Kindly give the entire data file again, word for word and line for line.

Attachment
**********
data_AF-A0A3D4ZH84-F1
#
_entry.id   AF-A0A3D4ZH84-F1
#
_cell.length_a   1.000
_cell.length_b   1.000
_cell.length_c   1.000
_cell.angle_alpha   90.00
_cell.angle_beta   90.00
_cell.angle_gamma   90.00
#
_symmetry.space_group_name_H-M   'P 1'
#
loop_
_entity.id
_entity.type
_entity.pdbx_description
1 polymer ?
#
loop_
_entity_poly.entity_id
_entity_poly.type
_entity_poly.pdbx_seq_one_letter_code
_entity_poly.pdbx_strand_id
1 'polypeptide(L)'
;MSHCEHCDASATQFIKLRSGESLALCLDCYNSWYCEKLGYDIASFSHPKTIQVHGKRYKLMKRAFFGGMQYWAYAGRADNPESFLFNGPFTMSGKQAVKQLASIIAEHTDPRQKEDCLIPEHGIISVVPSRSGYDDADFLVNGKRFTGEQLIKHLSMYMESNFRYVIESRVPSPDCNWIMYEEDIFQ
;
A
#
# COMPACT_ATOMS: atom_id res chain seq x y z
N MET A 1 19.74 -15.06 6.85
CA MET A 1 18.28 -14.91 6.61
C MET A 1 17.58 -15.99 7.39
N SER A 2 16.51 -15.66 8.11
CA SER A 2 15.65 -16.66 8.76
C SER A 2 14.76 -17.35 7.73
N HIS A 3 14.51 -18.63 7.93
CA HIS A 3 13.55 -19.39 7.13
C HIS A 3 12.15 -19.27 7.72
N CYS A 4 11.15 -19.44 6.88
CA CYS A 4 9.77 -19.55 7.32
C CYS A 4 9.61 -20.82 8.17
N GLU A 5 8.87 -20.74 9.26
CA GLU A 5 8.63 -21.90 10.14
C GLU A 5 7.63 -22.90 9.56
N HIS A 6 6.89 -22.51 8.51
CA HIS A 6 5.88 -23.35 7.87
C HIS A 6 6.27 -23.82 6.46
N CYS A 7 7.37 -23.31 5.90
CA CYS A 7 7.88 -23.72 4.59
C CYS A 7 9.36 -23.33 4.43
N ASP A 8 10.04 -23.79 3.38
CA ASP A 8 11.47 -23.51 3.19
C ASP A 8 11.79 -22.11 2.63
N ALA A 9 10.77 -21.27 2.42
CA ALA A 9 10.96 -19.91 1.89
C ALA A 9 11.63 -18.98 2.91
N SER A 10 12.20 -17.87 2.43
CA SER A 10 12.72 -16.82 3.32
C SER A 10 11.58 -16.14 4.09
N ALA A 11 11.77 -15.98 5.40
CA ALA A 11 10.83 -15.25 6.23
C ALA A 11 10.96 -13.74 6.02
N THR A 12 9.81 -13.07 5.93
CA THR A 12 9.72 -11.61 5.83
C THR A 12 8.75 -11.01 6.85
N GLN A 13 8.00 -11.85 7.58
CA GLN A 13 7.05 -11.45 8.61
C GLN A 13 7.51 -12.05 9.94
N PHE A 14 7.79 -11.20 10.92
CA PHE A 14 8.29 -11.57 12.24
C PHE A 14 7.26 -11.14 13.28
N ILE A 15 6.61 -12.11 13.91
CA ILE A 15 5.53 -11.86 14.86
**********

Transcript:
data_AF-A0A3D4ZH84-F1
#
_entry.id   AF-A0A3D4ZH84-F1
#
_cell.length_a   1.000
_cell.length_b   1.000
_cell.length_c   1.000
_cell.angle_alpha   90.00
_cell.angle_beta   90.00
_cell.angle_gamma   90.00
#
_symmetry.space_group_name_H-M   'P 1'
#
loop_
_entity.id
_entity.type
_entity.pdbx_description
1 polymer ?
#
loop_
_entity_poly.entity_id
_entity_poly.type
_entity_poly.pdbx_seq_one_letter_code
_entity_poly.pdbx_strand_id
1 'polypeptide(L)'
;MSHCEHCDASATQFIKLRSGESLALCLDCYNSWYCEKLGYDIASFSHPKTIQVHGKRYKLMKRAFFGGMQYWAYAGRADNPESFLFNGPFTMSGKQAVKQLASIIAEHTDPRQKEDCLIPEHGIISVVPSRSGYDDADFLVNGKRFTGEQLIKHLSMYMESNFRYVIESRVPSPDCNWIMYEEDIFQ
;
A
#
# COMPACT_ATOMS: atom_id res chain seq x y z
N MET A 1 19.74 -15.06 6.85
CA MET A 1 18.28 -14.91 6.61
C MET A 1 17.58 -15.99 7.39
N SER A 2 16.51 -15.66 8.11
CA SER A 2 15.65 -16.66 8.76
C SER A 2 14.76 -17.35 7.73
N HIS A 3 14.51 -18.63 7.93
CA HIS A 3 13.55 -19.39 7.13
C HIS A 3 12.15 -19.27 7.72
N CYS A 4 11.15 -19.44 6.88
CA CYS A 4 9.77 -19.55 7.32
C CYS A 4 9.61 -20.82 8.17
N GLU A 5 8.87 -20.74 9.26
CA GLU A 5 8.63 -21.90 10.14
C GLU A 5 7.63 -22.90 9.56
N HIS A 6 6.89 -22.51 8.51
CA HIS A 6 5.88 -23.35 7.87
C HIS A 6 6.27 -23.82 6.46
N CYS A 7 7.37 -23.31 5.90
CA CYS A 7 7.88 -23.72 4.59
C CYS A 7 9.36 -23.33 4.43
N ASP A 8 10.04 -23.79 3.38
CA ASP A 8 11.47 -23.51 3.19
C ASP A 8 11.79 -22.11 2.63
N ALA A 9 10.77 -21.27 2.42
CA ALA A 9 10.96 -19.91 1.89
C ALA A 9 11.63 -18.98 2.91
N SER A 10 12.20 -17.87 2.43
CA SER A 10 12.72 -16.82 3.32
C SER A 10 11.58 -16.14 4.09
N ALA A 11 11.77 -15.98 5.40
CA ALA A 11 10.83 -15.25 6.23
C ALA A 11 10.96 -13.74 6.02
N THR A 12 9.81 -13.07 5.93
CA THR A 12 9.72 -11.61 5.83
C THR A 12 8.75 -11.01 6.85
N GLN A 13 8.00 -11.85 7.58
CA GLN A 13 7.05 -11.45 8.61
C GLN A 13 7.51 -12.05 9.94
N PHE A 14 7.79 -11.20 10.92
CA PHE A 14 8.29 -11.57 12.24
C PHE A 14 7.26 -11.14 13.28
N ILE A 15 6.61 -12.11 13.91
CA ILE A 15 5.53 -11.86 14.86